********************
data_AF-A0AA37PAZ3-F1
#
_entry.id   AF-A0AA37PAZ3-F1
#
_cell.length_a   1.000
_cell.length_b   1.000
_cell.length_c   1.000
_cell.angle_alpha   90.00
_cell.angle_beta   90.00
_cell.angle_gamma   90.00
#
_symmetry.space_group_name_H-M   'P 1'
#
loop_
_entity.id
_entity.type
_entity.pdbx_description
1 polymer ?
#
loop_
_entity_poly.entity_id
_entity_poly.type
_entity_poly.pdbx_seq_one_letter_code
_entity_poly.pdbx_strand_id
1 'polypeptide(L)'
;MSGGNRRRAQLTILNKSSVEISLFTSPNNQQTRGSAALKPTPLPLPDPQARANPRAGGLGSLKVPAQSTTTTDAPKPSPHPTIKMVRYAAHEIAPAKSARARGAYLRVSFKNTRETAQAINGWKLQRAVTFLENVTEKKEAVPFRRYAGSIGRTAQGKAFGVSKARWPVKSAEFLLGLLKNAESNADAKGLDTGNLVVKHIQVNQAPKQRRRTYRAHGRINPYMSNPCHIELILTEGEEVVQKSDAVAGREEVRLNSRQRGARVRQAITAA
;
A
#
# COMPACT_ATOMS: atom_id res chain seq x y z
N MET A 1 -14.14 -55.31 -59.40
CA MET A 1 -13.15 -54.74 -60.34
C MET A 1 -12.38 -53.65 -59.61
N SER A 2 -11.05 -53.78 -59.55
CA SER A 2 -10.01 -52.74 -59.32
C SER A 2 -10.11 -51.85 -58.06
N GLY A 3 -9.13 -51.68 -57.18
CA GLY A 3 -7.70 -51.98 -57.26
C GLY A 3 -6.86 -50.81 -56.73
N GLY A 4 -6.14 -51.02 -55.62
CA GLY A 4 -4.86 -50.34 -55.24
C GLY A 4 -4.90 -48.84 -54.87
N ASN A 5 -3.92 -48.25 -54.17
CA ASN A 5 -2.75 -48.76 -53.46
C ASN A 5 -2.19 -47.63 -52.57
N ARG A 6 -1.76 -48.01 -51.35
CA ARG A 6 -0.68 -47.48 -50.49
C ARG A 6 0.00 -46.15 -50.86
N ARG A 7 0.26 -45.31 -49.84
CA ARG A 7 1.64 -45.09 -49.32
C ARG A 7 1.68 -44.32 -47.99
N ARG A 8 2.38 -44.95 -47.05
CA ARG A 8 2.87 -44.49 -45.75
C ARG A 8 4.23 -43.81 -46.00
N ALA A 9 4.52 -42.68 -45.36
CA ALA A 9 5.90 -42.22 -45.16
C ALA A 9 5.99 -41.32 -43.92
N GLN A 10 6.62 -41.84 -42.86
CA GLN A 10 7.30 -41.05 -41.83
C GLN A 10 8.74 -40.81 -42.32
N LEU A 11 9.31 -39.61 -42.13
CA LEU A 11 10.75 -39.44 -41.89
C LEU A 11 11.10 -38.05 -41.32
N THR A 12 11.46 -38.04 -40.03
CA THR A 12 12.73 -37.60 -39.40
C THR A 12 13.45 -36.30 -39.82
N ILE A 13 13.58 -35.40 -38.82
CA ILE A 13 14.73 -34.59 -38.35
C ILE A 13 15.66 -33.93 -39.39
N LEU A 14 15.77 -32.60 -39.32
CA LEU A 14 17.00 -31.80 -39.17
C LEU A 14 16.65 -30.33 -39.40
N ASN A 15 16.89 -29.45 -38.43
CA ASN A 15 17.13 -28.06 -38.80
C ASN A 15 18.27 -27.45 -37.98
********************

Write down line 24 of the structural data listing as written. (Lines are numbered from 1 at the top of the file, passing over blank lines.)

_entity_poly.pdbx_strand_id